Michael Hogan, PhD, Zero Suicide in Health Care

Michael Hogan, PhD, Zero Suicide in Health Care


We want to make health care ‘suicide safe.’
This may sound like an idea that should have been taken care of a long time ago, but tragically it’s not. We call our approach ‘Zero Suicide’ in health care, and it’s strange that health
care hasn’t really focused on people who are suicidal, except perhaps in emergency departments or inpatient psychiatric units, but strangely also, the suicide prevention field hasn’t
focused very much on health care, and we’ve come to understand that healthcare isn’t
safe. It was said years ago that 100,000 Americans died every year because of errors in the healthcare system. These are mostly what I would call
errors of commission—a wrong medicine, or a failure to follow through on somebody who had just received treatment, but of the 40,000 Americans who die by suicide every year, I
think there are many preventable errors as well. They’re errors of omission. We fail
to ask. If we ask, we fail to stay with somebody who is concerned about hurting themself
through their moment of crisis. We don’t follow up with them when they’re in transitions. We don’t develop a personal plan that they and their family can use to keep them safe.
This is not acceptable anymore. It’s time to ask for health care to be made suicide
safe. Making health care suicide safe or working
toward Zero Suicide in health care does look a little different in different sectors of
healthcare. It’s perhaps most important in mental health programs where many people do live with concerns about self harm, and where surprisingly not all mental health programs are set up to pay attention to suicidality to help people through difficult transitions,
to stay with them for example after they’ve been in an emergency department or a hospital, to reach out and touch them during that transition. A giant area of concern is primary care where half of the individuals who have died by suicide we know have seen a primary care physician in the last 30 days. For older men, this is a stunning 70%. That is, almost ¾ of older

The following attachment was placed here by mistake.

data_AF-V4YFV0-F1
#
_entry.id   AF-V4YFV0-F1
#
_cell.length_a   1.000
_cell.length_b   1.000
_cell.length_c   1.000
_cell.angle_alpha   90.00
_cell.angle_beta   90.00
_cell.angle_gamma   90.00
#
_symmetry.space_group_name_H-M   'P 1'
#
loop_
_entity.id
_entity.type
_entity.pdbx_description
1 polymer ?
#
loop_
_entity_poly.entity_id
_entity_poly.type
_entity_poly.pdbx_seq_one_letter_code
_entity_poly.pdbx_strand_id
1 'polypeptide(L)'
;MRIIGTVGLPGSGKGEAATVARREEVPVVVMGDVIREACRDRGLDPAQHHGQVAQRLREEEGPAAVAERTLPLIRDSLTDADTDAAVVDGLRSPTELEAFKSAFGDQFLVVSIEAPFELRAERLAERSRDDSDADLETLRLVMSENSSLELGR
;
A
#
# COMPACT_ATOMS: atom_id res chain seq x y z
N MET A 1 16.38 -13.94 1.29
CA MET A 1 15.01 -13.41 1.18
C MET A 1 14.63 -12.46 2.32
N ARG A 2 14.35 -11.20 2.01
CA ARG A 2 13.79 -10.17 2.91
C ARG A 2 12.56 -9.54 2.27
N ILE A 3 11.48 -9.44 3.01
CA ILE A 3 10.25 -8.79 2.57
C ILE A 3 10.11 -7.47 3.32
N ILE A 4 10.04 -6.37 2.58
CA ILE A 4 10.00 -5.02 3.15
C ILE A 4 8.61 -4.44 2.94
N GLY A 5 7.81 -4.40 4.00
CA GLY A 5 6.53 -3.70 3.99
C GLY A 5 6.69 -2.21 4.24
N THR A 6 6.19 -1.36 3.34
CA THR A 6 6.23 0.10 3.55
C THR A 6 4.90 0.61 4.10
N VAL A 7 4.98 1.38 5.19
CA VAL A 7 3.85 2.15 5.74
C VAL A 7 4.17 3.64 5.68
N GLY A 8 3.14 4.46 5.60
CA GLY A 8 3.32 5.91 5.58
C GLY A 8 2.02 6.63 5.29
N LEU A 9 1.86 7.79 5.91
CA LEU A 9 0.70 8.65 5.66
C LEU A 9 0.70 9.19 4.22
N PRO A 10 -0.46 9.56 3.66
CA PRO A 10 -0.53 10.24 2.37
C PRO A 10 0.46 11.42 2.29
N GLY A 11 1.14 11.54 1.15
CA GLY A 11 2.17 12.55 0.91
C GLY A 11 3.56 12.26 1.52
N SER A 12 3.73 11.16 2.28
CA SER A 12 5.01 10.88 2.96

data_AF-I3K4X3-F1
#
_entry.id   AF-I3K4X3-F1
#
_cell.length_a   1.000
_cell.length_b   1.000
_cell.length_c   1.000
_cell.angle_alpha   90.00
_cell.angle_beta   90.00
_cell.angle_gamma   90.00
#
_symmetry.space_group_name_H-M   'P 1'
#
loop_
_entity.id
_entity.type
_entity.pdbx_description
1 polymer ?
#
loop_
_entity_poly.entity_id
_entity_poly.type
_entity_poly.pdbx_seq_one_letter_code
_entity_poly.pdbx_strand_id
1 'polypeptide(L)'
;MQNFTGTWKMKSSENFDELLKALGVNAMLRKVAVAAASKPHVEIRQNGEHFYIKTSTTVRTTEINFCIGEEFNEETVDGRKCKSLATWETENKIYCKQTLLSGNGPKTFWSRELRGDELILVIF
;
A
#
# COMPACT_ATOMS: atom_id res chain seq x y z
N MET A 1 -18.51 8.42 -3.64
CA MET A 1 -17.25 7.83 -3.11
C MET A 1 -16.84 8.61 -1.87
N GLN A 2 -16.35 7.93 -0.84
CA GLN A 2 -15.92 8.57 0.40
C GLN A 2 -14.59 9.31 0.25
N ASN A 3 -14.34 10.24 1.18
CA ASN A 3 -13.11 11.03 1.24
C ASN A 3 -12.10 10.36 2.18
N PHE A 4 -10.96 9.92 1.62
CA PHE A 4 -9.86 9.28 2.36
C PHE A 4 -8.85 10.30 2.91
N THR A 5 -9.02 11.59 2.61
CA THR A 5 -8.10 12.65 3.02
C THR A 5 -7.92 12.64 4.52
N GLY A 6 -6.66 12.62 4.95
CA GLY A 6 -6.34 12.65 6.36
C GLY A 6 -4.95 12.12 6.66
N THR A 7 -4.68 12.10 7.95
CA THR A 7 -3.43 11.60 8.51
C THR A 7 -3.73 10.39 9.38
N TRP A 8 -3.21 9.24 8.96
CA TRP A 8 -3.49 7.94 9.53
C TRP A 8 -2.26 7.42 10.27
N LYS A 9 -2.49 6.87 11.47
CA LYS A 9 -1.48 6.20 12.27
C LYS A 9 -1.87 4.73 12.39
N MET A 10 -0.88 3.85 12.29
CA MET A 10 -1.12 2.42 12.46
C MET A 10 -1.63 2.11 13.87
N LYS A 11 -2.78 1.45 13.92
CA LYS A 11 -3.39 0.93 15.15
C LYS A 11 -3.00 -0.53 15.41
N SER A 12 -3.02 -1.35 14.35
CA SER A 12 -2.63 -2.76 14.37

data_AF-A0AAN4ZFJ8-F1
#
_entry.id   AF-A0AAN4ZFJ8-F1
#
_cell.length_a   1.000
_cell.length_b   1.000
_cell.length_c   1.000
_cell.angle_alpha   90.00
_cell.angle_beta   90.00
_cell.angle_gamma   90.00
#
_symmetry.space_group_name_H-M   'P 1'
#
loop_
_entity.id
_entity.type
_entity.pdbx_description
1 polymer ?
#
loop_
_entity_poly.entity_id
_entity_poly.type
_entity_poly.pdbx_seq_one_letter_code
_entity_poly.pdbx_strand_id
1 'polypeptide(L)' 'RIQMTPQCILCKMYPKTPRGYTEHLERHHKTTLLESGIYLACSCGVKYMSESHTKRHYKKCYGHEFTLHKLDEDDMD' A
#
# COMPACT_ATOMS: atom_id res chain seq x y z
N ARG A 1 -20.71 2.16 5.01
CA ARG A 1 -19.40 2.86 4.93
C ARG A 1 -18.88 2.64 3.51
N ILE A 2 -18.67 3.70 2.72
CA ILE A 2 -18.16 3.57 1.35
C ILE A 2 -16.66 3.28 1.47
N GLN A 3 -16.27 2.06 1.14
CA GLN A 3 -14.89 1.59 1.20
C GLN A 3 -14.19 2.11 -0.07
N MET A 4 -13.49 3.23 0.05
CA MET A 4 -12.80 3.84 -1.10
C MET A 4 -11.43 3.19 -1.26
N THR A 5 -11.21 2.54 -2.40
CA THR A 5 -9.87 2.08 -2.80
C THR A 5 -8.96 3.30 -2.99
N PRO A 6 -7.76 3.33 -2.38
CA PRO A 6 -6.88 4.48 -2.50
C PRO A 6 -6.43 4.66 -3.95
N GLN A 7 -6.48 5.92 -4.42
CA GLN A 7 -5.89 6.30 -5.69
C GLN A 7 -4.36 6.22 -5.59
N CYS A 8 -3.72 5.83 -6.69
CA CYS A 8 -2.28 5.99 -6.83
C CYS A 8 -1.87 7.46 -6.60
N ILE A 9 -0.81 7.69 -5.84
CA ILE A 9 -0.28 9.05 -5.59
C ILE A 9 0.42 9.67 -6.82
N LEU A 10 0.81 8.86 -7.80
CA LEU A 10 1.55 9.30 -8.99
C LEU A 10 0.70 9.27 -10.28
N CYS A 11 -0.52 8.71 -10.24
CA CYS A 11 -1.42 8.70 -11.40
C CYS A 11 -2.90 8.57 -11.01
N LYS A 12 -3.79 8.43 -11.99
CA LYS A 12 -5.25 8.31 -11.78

men who die by suicide have seen a primary care physician in the last 30 days. Primary
care operates on a very fast speed, doctors don’t have enough time to spend with people, so one of the things that is very important to improve suicide care in primary care is
to begin to introduce behavioral health people like social workers or psychiatric nurses into
primary care settings where they’re available for the doctor to immediately set up a visit
and where we can expect that good suicide care can also be provided. And we believe that health care organizations like hospital chains or integrated delivery systems as they’re called, or Accountable
Care Organizations, should work to make themselves suicide safe across their whole continuum
of care—from primary care to the emergency department to the psychiatric programs in
inpatient units. A lot has to be done. We’ve now built–with the help of the Suicide
Prevention Resource Center–a website at www.zerosuicide.com that contains all the elements and tools that any healthcare organization would need to attempt this approach. So this is an approach whose time has come. We believe that every health care system should be moving in this direction. The health care delivery system is where people are at risk; it’s
where people–in many cases–can be saved, and it’s where we have to do more.

Daniel Yohans

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